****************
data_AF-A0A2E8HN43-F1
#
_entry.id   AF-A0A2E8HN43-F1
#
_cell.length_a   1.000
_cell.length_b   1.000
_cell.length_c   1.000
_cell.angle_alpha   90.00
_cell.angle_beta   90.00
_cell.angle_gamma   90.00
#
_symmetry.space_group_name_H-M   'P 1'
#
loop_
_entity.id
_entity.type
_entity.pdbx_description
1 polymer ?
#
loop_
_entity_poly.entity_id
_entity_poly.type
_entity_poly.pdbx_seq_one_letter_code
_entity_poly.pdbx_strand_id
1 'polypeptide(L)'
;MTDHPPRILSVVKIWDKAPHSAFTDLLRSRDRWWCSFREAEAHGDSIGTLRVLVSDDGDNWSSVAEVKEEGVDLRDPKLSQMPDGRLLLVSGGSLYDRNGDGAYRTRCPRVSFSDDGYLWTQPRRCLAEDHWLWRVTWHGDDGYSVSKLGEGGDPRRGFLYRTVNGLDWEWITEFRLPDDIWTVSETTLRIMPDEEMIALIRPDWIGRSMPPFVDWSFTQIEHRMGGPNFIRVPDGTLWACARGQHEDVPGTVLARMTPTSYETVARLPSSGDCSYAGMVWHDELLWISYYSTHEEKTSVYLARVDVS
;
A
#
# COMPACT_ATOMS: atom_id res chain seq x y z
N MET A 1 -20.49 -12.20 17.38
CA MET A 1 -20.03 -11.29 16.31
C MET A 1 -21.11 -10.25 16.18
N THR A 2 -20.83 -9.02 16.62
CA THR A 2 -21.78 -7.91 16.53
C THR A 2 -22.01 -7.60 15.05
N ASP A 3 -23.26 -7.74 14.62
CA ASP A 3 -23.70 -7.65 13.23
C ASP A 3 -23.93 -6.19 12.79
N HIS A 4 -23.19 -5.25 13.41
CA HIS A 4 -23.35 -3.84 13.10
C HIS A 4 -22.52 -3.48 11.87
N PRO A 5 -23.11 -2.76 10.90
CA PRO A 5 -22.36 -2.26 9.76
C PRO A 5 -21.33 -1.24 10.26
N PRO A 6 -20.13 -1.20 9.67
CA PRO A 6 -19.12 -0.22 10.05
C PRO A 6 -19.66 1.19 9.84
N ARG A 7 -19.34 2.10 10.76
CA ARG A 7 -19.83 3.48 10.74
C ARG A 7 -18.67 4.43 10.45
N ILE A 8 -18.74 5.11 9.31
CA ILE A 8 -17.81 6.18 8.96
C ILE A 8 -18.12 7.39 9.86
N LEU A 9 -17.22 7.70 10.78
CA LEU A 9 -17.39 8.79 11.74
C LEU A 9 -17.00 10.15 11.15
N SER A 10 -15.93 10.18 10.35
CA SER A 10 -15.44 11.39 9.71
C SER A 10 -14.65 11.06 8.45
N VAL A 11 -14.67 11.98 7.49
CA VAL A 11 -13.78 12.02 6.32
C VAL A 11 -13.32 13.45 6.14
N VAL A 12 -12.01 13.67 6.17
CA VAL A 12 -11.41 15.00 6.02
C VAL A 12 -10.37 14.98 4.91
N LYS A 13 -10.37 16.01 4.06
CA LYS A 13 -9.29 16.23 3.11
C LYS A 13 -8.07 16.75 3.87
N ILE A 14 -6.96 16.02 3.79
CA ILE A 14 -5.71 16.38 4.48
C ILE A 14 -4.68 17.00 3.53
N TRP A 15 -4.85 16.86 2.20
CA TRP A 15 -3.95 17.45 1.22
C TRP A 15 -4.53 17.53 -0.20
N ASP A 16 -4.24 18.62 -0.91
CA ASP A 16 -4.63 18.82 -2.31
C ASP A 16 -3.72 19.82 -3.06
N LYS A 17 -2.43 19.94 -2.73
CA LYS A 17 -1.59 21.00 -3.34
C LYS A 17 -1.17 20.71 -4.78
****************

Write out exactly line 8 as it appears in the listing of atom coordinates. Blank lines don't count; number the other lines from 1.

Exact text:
_cell.angle_alpha   90.00